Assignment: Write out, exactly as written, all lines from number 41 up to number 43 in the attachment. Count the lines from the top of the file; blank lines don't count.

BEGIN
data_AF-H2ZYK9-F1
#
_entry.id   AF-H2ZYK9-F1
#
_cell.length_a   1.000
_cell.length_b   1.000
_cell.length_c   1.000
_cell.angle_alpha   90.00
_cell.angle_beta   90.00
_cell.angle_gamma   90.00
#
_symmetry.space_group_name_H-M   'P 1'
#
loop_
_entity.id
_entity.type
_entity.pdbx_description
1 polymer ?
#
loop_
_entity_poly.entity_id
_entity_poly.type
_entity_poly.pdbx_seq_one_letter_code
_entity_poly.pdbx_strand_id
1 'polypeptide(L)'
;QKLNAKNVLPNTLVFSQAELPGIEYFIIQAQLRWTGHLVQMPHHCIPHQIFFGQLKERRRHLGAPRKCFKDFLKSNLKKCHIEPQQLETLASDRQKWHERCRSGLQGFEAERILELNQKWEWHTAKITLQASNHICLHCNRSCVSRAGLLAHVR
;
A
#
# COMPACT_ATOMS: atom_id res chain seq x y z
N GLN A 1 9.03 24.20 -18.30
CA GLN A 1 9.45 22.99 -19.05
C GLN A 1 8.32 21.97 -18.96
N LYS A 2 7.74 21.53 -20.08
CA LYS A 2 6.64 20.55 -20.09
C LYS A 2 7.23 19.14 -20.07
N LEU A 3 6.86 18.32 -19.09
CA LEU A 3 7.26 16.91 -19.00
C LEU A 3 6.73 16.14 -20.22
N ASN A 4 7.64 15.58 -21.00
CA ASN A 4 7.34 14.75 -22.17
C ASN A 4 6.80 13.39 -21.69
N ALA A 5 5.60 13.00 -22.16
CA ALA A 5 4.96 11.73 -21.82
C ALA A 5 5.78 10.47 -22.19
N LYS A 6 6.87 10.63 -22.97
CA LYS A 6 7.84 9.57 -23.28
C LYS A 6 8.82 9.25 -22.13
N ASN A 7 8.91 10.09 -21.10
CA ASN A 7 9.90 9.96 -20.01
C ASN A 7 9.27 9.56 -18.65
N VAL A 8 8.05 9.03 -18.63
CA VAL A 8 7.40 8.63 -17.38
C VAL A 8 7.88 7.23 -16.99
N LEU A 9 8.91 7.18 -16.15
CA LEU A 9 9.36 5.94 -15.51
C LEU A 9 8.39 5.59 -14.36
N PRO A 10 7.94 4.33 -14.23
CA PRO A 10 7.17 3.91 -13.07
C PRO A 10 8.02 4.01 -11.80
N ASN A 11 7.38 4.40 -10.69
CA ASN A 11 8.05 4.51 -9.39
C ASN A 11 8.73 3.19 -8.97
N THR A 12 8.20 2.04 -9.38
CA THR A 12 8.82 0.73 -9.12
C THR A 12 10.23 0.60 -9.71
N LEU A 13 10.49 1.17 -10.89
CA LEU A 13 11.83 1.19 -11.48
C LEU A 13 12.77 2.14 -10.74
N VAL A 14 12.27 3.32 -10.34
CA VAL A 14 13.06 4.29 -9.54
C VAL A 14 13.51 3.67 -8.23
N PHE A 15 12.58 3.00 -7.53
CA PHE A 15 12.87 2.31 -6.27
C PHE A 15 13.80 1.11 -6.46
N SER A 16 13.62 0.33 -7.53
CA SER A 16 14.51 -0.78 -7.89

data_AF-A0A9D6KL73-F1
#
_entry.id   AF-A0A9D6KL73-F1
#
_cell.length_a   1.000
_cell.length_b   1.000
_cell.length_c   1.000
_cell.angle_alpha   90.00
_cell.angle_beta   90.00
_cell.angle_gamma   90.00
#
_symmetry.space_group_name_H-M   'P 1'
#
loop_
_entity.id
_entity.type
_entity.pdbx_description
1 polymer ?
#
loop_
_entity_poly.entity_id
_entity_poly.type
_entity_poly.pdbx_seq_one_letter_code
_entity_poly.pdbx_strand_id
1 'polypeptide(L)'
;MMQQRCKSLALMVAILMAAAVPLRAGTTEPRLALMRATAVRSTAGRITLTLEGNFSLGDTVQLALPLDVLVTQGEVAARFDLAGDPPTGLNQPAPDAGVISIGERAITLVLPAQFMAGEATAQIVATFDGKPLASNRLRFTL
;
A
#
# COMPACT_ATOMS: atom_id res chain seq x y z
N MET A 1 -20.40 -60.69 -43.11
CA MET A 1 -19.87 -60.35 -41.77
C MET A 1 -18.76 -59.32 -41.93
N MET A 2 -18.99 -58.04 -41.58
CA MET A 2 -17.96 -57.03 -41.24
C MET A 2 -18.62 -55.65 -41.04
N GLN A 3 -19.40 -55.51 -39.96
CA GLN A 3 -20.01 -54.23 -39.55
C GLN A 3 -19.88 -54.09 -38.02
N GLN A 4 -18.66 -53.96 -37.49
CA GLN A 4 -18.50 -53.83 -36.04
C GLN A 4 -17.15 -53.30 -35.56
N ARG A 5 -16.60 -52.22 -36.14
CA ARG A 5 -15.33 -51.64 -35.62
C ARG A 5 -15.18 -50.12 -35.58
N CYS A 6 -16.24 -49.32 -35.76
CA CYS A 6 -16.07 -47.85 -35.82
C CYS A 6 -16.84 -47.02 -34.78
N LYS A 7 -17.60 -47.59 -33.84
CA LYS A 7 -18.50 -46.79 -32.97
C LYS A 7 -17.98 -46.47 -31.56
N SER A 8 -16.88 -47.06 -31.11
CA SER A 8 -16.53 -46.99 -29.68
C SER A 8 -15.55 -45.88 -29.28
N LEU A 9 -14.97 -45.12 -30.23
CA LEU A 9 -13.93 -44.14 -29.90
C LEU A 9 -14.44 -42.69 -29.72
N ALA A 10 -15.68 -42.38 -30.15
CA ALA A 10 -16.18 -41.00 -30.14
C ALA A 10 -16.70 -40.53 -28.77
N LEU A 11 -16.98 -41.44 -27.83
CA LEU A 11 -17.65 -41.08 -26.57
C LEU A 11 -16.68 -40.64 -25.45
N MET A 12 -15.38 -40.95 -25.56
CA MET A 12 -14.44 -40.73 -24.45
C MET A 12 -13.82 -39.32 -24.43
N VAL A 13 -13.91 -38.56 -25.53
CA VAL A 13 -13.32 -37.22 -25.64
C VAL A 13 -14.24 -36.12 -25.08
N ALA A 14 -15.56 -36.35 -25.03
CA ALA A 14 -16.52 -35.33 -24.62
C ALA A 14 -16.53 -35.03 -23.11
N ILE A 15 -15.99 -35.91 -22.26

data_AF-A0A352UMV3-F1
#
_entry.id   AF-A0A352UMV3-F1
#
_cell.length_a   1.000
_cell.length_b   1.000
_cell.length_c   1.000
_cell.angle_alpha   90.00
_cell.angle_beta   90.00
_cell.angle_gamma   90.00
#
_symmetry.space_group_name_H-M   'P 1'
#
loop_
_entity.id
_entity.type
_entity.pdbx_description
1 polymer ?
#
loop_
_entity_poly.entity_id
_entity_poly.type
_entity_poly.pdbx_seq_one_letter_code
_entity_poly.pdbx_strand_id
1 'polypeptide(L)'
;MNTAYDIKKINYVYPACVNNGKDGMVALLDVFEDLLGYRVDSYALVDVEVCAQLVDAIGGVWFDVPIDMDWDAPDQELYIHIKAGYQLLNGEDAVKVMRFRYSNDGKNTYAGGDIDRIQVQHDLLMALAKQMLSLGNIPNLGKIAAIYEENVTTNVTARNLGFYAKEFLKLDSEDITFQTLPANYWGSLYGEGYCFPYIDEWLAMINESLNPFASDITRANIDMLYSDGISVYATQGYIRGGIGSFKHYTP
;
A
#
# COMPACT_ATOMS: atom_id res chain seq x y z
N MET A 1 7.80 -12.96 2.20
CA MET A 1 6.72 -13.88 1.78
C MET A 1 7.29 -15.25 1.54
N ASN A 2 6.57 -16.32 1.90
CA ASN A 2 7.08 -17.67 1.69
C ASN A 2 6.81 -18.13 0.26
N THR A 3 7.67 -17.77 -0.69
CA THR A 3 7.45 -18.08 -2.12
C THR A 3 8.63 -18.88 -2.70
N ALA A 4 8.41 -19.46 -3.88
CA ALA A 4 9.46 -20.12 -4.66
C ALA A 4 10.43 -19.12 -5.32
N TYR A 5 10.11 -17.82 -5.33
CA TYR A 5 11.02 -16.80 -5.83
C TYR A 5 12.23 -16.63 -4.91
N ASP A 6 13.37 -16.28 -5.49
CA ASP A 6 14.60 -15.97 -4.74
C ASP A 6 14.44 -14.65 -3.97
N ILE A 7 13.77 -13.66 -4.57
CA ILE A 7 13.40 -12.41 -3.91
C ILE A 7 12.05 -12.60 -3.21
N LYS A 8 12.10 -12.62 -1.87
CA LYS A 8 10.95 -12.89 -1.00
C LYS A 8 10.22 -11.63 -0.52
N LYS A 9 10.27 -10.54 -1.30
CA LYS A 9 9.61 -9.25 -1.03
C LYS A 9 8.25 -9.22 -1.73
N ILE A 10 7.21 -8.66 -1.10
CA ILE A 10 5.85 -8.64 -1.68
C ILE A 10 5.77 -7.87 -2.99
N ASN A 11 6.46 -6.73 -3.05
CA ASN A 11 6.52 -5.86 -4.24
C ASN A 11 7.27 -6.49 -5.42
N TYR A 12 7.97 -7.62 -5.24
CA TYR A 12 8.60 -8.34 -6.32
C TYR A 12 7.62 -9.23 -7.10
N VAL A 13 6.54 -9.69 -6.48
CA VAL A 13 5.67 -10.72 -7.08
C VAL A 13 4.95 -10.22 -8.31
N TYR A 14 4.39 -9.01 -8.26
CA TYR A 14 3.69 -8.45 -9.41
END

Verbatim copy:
CA ASN A 4 7.34 14.75 -22.17
C ASN A 4 6.80 13.39 -21.69
N ALA A 5 5.60 13.00 -22.16